What to do about fentanyl? Good question. Now that our streets are flooded with the stuff, let’s do something! But what? Not surprisingly, there’s some disagreement.
I’ve read opinion pieces in the national media posing it as a straightforward choice. Should we wage all-out war on fentanyl, the way our nation did against crack? Heavy emphasis on law enforcement, interdiction at the southern border, harsh penalties including mandatory sentencing guidelines for judges. Police officers showing grisly films in elementary school classrooms? Some of you are no doubt rolling your eyes at the thought, but there is continuing support for this strategy in plenty of American communities. Here’s something recent from the pen of a syndicated columnist:
Or maybe you favor one of the alternative approaches. Perhaps not outright legalization– these drugs are pretty darn scary, after all– but what about decriminalizing them, the way we did with alcohol and now with cannabis, and will probably do with hallucinogens in the near future?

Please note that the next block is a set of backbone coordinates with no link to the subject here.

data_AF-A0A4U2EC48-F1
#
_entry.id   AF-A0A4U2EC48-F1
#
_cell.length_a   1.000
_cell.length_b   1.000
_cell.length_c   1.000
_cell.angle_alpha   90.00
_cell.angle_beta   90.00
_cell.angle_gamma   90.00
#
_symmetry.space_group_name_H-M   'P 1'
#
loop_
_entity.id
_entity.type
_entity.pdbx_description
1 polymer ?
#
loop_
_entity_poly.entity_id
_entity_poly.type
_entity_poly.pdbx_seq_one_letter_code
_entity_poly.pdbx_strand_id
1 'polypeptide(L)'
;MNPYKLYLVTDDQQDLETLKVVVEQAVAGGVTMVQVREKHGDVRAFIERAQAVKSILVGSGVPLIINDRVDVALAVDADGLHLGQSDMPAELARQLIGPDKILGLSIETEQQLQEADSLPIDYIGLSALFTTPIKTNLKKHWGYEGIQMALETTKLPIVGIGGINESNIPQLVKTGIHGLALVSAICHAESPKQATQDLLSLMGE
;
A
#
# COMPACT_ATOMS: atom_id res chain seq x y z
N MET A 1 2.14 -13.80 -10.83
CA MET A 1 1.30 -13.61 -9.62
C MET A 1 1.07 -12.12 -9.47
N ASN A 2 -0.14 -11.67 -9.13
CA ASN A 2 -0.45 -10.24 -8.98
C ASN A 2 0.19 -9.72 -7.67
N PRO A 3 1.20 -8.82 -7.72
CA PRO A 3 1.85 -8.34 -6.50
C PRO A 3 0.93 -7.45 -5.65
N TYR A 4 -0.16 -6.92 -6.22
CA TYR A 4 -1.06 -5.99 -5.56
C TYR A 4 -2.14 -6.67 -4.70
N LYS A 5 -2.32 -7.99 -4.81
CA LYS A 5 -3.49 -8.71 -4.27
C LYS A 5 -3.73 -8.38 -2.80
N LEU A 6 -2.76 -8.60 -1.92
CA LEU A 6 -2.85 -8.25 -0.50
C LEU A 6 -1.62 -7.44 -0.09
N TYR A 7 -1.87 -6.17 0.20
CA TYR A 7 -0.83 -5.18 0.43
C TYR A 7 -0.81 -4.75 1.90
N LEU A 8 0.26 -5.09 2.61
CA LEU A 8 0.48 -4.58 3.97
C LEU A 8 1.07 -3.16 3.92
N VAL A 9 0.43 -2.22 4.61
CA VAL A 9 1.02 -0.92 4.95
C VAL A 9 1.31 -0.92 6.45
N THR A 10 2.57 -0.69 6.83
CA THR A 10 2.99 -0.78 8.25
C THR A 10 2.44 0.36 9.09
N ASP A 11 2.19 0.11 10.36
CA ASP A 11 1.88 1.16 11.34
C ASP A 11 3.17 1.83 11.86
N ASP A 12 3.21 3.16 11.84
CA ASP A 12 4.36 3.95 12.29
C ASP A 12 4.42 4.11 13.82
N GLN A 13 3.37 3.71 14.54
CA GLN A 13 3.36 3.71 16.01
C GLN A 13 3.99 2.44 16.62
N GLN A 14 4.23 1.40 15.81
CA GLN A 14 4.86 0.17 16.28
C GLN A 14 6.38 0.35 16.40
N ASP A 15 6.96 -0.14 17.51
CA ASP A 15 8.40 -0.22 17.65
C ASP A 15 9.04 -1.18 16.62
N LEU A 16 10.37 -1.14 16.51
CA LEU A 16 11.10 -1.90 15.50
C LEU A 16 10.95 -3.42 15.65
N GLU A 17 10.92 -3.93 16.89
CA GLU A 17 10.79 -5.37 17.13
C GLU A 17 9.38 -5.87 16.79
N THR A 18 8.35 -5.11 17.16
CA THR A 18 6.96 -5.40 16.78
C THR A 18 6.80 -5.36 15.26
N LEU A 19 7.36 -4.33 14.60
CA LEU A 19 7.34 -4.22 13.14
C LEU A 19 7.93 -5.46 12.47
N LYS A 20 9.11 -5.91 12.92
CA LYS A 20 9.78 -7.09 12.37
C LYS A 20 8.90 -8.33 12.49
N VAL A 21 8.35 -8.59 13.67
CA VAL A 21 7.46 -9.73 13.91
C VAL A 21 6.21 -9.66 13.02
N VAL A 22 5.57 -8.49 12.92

Then we can license and regulate sales, collect taxes to fund other projects, maybe even provide treatment for the users? The black market will presumably fade away from disuse.
Might be a bit late for that. Too many pipelines already open for shipment of contraband from places like Mexico and China. Even if we could stop the flow of product into the US, what would prevent black market chemists from mixing and making the same drugs in their own labs, here in the US, for sale domestically? And as always, price-undercut the legitimate stuff.
Besides, much of the fentanyl in circulation is in the form of an additive to some other drug– cocaine, for instance, or methamphetamine, or one of the many sedatives. Means users may not know what lays in wait for them when they swallow, snort or inject something.
Then there’s the reality that other substances have already appeared on the street that are even more hazardous than fentanyl. For example, carfentanil. According to a recent article in a toxicology journal, “In mid-2016, carfentanil emerged as a contaminant in street heroin in the USA and was central to a large number of emergency department visits and deaths.”
Seven years ago. What’s to prevent a black marketeer from making and selling that? And what we do about it?
I’m sorry to say that I don’t have a solution for this one. It’s bound to involve a level of complexity that defies the sort of remedies we’ve relied on in the past. We’ll have to improvise as we go.
Meanwhile, Texas’ governor has at long last abandoned his opposition to decriminalizing fentanyl test strips. Now people found in possession of them won’t be arrested.
I suppose that’s a kind of progress.